SAID’s decision in 99 Psalms to include 99 in this collection recalls the ancient Muslim tradition that ascribes 99 names to Allah, though the ‘lord’ whom this psalmist addresses is not bounded by this or any other religious tradition. As psalms that turn to the ‘lord’ with a lover’s vulnerability, they avoid every trace of sentimentality. Rather, they seek to open readers to the mystery of human life, warning them of the difficulties they face in their attempts to live peaceably together in the midst of their differences.
These psalms sound the urgent need for revelation, implying a strong corrective to our modern material life. It is a joy to witness the vision of such an arresting poet. – Maurice Manning, recipient of the 2009 Hanes Poetry Award from the Fellowship of Southern Writers, and author of The Gone and the Going Away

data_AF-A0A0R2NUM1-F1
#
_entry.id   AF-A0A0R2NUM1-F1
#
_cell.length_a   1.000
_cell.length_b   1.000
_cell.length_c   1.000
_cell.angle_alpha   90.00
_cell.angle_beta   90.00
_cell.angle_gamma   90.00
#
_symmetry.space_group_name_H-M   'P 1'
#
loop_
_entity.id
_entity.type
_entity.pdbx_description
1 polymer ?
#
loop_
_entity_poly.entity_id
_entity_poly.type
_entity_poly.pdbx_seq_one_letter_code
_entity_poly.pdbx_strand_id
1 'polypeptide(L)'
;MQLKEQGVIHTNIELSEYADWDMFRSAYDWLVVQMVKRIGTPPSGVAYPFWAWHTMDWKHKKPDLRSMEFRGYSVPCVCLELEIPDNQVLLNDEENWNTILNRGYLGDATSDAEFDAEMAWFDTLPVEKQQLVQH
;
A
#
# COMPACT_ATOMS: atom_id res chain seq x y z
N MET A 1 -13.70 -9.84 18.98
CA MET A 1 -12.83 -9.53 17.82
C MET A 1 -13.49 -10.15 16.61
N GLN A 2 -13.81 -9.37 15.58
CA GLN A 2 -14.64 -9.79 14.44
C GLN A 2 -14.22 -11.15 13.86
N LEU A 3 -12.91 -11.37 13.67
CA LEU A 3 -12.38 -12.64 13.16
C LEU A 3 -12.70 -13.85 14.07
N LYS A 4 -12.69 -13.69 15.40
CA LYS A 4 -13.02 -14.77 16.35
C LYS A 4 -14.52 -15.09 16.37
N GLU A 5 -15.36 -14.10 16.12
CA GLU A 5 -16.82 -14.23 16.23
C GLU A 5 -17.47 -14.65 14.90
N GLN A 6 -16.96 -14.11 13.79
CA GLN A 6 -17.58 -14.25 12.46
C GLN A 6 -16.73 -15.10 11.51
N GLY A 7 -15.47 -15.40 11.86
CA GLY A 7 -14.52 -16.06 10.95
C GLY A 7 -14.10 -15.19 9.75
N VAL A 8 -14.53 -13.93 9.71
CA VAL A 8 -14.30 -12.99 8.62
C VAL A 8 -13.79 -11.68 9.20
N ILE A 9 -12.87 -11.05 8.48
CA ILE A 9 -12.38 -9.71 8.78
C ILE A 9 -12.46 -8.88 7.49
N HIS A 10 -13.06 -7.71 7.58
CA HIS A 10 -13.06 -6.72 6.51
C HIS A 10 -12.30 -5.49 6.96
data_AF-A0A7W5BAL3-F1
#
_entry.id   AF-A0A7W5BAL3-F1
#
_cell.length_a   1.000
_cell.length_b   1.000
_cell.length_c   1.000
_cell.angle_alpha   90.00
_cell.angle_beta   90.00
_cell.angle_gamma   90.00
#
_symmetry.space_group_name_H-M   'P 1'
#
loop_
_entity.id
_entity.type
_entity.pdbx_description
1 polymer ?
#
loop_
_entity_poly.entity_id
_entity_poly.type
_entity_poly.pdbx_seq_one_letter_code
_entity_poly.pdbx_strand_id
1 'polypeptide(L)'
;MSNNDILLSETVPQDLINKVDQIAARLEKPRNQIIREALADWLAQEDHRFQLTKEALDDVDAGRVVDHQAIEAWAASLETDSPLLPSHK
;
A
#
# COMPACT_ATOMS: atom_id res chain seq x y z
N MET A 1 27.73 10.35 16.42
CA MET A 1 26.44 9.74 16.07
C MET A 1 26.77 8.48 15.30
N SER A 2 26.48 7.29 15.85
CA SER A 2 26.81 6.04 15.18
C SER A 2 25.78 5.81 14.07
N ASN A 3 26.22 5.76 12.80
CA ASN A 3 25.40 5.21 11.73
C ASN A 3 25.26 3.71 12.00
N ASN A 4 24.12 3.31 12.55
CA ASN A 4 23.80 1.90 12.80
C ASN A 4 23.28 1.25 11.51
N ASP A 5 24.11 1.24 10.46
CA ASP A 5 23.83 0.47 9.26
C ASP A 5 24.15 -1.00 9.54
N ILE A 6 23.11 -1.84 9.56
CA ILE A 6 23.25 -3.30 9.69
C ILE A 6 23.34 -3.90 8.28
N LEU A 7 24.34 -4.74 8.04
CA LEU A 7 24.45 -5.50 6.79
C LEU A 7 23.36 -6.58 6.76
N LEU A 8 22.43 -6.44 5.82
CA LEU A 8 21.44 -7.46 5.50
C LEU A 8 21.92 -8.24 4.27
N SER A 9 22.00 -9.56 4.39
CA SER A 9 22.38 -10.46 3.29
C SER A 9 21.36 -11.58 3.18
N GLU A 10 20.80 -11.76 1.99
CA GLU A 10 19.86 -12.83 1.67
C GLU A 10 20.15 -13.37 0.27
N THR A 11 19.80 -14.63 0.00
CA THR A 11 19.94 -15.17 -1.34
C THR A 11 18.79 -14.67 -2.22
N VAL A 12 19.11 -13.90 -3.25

Seldom have I found prayers such as these – that bypass the usual clichés to speak in an immediate, compelling, living way. SAID is surely the beneficiary of true spiritual encounter! Here you will find insight, daring honesty, and the kind of love that sees clearly because it has allowed itself to be seen. – Fr. Richard Rohr, oFM, author of Falling Upward, and founding director of the Center for Action and Contemplation in Albuquerque
Mark Burrows has delivered into powerful and moving English a profound work of poetry as prayer. – Scott Cairns, poet and author of Compass of Affection